Read part two.
By submitting your personal information, you agree that TechTarget and its partners may contact you regarding relevant content, products and special offers.
What SOA trends are you seeing in the financial services industry?
What we're seeing is that SOA coupled with a class of applications coined as extreme transaction processing or XTP is the future for financial services infrastructure. So IT continues to be seen as the enabler. We've seen some supporting data from Gartner/DataQuest that IT spending in financial services is going to reach $566 billion by 2010. Where SOA comes into the picture is that it enables IT to deliver new business services faster, while leveraging existing systems. At the same time the financial institutions are pushing limits that require more processing capability yet at the same time they don't want to see an exponential rise in their investment in hardware. So the extreme transaction processing class of applications has been most notably seen in areas such as fraud detection, risk computation and stock trade resolution. They're even pushing the mainframe to the limit. These types of applications require a new computing paradigm. What does XTP provide?
What XTP does is allow transactions to occur in memory and not against the backend systems directly due to the need for extremely fast response rates, but still including transactional integrity. So think of classes of applications that need to handle large volumes of data that need to be absorbed, correlated and acted upon. Typically that data processed by XTP applications comes in the form of large numbers of events and usually represents data that changes frequently. What is Oracle doing with the XTP paradigm?
We have some products in that area. We have Oracle Coherence, which is from an acquisition we made early last year of Tangosol Coherence and its products. That coupled with Oracle SOA Suite delivers the industry' first Grid-enabled SOA platform that enables extreme transaction processing applications. Where is XTP used?
There's some use cases around XTP. What we're seeing for instance in financial services have to do with collecting and correlating large volumes of events, which can tie into or overlap with complex event processing [CEP] applications. It's things like doing exception handling on large streams of events and looking for certain patterns that occur over spans of time. In financial services, for example, it might be that we're tracking ATM withdrawal activity across a span of time looking for specific events across a transaction network that aren't supposed to happen, doing fraud detection for example. There was something that happened to me recently where somebody had gotten hold of my credit card and was using it in a way that was automatically detected and identified, which I'm thankful for.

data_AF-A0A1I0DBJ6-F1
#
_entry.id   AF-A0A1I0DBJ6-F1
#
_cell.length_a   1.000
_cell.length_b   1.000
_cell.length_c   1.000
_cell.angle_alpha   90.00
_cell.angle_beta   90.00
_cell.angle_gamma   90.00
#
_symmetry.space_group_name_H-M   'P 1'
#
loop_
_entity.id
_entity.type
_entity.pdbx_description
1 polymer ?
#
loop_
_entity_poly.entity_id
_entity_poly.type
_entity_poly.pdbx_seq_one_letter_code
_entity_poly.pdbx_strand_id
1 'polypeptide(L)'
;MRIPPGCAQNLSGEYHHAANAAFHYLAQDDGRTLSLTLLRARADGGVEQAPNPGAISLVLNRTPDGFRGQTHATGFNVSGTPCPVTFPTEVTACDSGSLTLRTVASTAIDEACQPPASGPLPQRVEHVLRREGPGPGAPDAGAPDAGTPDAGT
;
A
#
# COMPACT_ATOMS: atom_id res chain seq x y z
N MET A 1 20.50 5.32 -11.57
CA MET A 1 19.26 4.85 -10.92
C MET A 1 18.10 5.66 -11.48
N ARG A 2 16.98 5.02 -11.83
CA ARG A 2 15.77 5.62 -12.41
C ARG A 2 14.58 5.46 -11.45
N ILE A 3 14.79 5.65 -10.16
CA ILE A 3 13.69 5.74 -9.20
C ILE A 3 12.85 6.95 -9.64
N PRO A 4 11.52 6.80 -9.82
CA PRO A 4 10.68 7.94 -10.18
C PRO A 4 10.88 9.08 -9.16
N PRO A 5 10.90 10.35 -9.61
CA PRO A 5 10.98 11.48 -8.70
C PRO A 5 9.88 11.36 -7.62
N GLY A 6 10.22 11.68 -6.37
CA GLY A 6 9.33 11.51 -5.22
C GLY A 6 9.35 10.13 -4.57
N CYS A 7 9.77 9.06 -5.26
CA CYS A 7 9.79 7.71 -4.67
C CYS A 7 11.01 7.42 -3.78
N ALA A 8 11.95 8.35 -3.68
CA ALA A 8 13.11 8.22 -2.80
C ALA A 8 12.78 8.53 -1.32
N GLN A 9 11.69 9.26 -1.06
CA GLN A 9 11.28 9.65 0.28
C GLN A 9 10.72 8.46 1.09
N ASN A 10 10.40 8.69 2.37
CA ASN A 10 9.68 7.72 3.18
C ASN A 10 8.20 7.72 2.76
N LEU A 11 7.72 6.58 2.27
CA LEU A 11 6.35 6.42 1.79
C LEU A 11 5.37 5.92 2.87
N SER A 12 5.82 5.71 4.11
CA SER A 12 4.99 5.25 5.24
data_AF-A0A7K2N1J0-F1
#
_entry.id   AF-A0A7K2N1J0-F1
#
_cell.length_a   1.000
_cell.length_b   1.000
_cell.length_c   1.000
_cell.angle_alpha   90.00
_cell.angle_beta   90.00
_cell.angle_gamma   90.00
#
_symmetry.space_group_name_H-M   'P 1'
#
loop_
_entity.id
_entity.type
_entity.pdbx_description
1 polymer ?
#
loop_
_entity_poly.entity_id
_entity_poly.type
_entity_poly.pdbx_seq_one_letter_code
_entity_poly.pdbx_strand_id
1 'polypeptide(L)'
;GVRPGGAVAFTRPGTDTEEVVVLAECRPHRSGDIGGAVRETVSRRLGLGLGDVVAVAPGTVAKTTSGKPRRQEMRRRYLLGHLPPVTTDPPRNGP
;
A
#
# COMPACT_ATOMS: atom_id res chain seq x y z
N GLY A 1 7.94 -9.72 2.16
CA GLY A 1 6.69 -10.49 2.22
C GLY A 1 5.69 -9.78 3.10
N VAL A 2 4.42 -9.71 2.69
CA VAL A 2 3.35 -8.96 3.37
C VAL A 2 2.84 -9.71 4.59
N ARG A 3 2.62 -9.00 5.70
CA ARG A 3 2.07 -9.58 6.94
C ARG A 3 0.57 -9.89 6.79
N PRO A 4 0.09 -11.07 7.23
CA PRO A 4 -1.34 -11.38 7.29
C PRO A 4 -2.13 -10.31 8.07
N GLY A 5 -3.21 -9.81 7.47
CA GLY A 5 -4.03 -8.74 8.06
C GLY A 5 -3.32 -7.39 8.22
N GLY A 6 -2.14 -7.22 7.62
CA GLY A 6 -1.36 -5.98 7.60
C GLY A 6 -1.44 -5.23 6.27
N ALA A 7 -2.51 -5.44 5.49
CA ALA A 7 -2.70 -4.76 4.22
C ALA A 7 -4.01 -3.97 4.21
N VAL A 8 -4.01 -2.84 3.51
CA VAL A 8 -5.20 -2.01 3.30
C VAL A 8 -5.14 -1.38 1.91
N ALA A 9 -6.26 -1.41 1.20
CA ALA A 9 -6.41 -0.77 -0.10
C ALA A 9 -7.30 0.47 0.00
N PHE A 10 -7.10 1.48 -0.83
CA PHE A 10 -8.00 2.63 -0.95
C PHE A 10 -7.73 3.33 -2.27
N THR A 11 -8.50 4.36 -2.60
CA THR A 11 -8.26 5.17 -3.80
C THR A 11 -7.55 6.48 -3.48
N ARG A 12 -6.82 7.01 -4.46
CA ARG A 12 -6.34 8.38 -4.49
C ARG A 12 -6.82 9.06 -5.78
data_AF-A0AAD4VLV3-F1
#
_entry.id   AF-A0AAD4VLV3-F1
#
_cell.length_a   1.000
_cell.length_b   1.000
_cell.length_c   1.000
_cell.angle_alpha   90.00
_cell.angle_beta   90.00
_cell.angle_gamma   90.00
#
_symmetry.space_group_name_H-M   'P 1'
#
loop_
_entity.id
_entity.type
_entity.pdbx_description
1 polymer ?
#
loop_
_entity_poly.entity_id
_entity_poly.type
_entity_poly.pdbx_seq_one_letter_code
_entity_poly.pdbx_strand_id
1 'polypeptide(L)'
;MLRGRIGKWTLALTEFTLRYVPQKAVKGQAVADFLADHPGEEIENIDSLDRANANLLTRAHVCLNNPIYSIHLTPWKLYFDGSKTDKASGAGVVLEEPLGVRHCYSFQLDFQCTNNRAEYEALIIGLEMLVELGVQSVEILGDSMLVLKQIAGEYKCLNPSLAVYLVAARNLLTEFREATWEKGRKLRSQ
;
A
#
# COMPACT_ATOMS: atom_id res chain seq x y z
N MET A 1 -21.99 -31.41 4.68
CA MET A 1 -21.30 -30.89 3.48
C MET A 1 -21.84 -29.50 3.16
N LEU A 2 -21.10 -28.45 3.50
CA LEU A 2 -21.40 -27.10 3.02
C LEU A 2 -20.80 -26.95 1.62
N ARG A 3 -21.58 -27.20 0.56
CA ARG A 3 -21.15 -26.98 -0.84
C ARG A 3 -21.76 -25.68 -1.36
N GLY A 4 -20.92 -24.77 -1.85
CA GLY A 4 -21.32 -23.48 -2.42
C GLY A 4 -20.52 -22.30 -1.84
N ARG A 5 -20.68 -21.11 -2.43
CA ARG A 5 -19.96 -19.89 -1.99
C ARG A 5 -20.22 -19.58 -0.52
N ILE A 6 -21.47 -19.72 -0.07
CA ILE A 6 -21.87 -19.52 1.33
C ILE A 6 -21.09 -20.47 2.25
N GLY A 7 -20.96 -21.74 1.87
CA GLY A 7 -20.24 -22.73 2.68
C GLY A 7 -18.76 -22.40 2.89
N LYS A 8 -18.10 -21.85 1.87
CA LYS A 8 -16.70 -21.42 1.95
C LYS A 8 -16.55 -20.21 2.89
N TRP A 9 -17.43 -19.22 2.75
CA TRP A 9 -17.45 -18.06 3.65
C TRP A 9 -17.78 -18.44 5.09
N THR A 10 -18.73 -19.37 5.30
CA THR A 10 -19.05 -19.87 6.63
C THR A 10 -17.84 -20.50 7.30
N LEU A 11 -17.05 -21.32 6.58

What does XTP add to CEP?
What XTP brings to the table is something that is really complementary to complex event processing engines. Usually, a complex event processing engine is something that can also capture, correlate and apply decision rules to look for specific patterns in events over time and look for exceptions. However, there are certain applications that operate on streams of event data that is so voluminous that typical backend solutions or storage solutions just can't handle it. There are some customers that we deal with that are saying there just aren't disks that spin fast enough to handle the volumes of data that we need to consume and process. So in that regard, a CEP engine by itself is not sufficient to handle those applications. XTP ties into CEP and SOA in the Oracle Coherence product, which is very adept at acting as a horizontally scaleable in-memory cache that can collect pieces of data that come in from events in a variety of high volume streams and basically act as a place to store the event data with high-speed in-memory access without necessarily requiring backend persistence storage to maintain high availability for that data. Where that ties in with CEP is when that data is collected it can be analyzed by a CEP engine, so patterns can be applied and looked for across that data. Then it also ties into SOA?
Where that ties into SOA is once the pattern matching engine, whether it's built directly into the XTP application itself or is identified by the complex event processing engine, is it identifies an event of significance such as ATM withdrawal fraud. Say for example your ATM card is used in different ATM machines or is used to make purchases in three or four states or even different countries within a matter of minutes, that's usually a flag that some kind of fraud is going on. Once that kind of a situation is detected then an SOA process in BPEL [Business Process Execution Language] can be kicked off to make the proper notification, send alerts to Business Activity Monitoring [BAM] dashboards.
In part two of this interview tomorrow, Chappell discusses the technology behind XTP and how it applies to industries beyond financial services.
Dig Deeper on Microservices and DevOps